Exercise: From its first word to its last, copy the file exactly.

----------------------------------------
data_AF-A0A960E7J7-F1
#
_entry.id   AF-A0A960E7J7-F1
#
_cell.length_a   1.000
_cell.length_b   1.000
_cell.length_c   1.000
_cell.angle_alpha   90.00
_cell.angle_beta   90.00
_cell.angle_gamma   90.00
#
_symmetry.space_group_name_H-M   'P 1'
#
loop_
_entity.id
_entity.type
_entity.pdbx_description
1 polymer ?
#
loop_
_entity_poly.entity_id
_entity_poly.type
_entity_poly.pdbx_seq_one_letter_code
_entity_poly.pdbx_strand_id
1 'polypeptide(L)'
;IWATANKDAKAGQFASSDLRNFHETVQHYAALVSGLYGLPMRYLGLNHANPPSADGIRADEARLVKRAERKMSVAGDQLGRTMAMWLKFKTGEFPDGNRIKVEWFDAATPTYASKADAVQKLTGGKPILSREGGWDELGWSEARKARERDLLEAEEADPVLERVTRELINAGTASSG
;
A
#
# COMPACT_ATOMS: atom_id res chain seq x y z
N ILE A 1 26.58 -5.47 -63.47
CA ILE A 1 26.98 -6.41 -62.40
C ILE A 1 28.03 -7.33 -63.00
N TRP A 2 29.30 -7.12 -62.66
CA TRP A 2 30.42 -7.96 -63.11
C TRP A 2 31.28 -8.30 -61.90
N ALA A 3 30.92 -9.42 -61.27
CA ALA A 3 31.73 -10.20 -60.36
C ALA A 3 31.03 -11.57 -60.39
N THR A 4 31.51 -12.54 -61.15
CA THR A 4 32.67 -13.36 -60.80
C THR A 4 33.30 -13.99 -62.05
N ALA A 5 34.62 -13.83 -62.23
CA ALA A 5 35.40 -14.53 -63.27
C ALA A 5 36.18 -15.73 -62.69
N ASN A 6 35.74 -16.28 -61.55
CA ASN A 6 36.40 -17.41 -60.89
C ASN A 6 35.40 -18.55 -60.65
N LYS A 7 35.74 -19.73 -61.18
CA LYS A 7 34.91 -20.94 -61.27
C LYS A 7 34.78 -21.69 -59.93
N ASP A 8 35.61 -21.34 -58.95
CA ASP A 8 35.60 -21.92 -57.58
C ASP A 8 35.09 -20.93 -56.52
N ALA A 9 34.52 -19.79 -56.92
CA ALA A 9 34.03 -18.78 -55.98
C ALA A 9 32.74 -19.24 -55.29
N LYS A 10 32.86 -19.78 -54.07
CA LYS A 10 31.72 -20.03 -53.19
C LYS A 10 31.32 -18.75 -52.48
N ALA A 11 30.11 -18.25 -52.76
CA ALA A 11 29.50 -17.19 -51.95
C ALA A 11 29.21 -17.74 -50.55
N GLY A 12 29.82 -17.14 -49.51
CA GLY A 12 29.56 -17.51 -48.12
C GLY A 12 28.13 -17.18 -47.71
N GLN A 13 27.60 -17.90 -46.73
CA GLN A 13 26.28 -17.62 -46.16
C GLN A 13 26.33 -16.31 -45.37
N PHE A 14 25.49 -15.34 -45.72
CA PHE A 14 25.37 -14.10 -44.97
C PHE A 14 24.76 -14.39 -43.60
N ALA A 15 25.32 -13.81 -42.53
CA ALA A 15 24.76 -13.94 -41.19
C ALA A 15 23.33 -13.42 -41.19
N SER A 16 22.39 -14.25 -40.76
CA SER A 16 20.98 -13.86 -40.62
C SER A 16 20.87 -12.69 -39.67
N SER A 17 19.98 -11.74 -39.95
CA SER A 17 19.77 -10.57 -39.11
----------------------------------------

data_AF-A0A960E7J7-F1
#
_entry.id   AF-A0A960E7J7-F1
#
_cell.length_a   1.000
_cell.length_b   1.000
_cell.length_c   1.000
_cell.angle_alpha   90.00
_cell.angle_beta   90.00
_cell.angle_gamma   90.00
#
_symmetry.space_group_name_H-M   'P 1'
#
loop_
_entity.id
_entity.type
_entity.pdbx_description
1 polymer ?
#
loop_
_entity_poly.entity_id
_entity_poly.type
_entity_poly.pdbx_seq_one_letter_code
_entity_poly.pdbx_strand_id
1 'polypeptide(L)'
;IWATANKDAKAGQFASSDLRNFHETVQHYAALVSGLYGLPMRYLGLNHANPPSADGIRADEARLVKRAERKMSVAGDQLGRTMAMWLKFKTGEFPDGNRIKVEWFDAATPTYASKADAVQKLTGGKPILSREGGWDELGWSEARKARERDLLEAEEADPVLERVTRELINAGTASSG
;
A
#
# COMPACT_ATOMS: atom_id res chain seq x y z
N ILE A 1 26.58 -5.47 -63.47
CA ILE A 1 26.98 -6.41 -62.40
C ILE A 1 28.03 -7.33 -63.00
N TRP A 2 29.30 -7.12 -62.66
CA TRP A 2 30.42 -7.96 -63.11
C TRP A 2 31.28 -8.30 -61.90
N ALA A 3 30.92 -9.42 -61.27
CA ALA A 3 31.73 -10.20 -60.36
C ALA A 3 31.03 -11.57 -60.39
N THR A 4 31.51 -12.54 -61.15
CA THR A 4 32.67 -13.36 -60.80
C THR A 4 33.30 -13.99 -62.05
N ALA A 5 34.62 -13.83 -62.23
CA ALA A 5 35.40 -14.53 -63.27
C ALA A 5 36.18 -15.73 -62.69
N ASN A 6 35.74 -16.28 -61.55
CA ASN A 6 36.40 -17.41 -60.89
C ASN A 6 35.40 -18.55 -60.65
N LYS A 7 35.74 -19.73 -61.18
CA LYS A 7 34.91 -20.94 -61.27
C LYS A 7 34.78 -21.69 -59.93
N ASP A 8 35.61 -21.34 -58.95
CA ASP A 8 35.60 -21.92 -57.58
C ASP A 8 35.09 -20.93 -56.52
N ALA A 9 34.52 -19.79 -56.92
CA ALA A 9 34.03 -18.78 -55.98
C ALA A 9 32.74 -19.24 -55.29
N LYS A 10 32.86 -19.78 -54.07
CA LYS A 10 31.72 -20.03 -53.19
C LYS A 10 31.32 -18.75 -52.48
N ALA A 11 30.11 -18.25 -52.76
CA ALA A 11 29.50 -17.19 -51.95
C ALA A 11 29.21 -17.74 -50.55
N GLY A 12 29.82 -17.14 -49.51
CA GLY A 12 29.56 -17.51 -48.12
C GLY A 12 28.13 -17.18 -47.71
N GLN A 13 27.60 -17.90 -46.73
CA GLN A 13 26.28 -17.62 -46.16
C GLN A 13 26.33 -16.31 -45.37
N PHE A 14 25.49 -15.34 -45.72
CA PHE A 14 25.37 -14.10 -44.97
C PHE A 14 24.76 -14.39 -43.60
N ALA A 15 25.32 -13.81 -42.53
CA ALA A 15 24.76 -13.94 -41.19
C ALA A 15 23.33 -13.42 -41.19
N SER A 16 22.39 -14.25 -40.76
CA SER A 16 20.98 -13.86 -40.62
C SER A 16 20.87 -12.69 -39.67
N SER A 17 19.98 -11.74 -39.95
CA SER A 17 19.77 -10.57 -39.11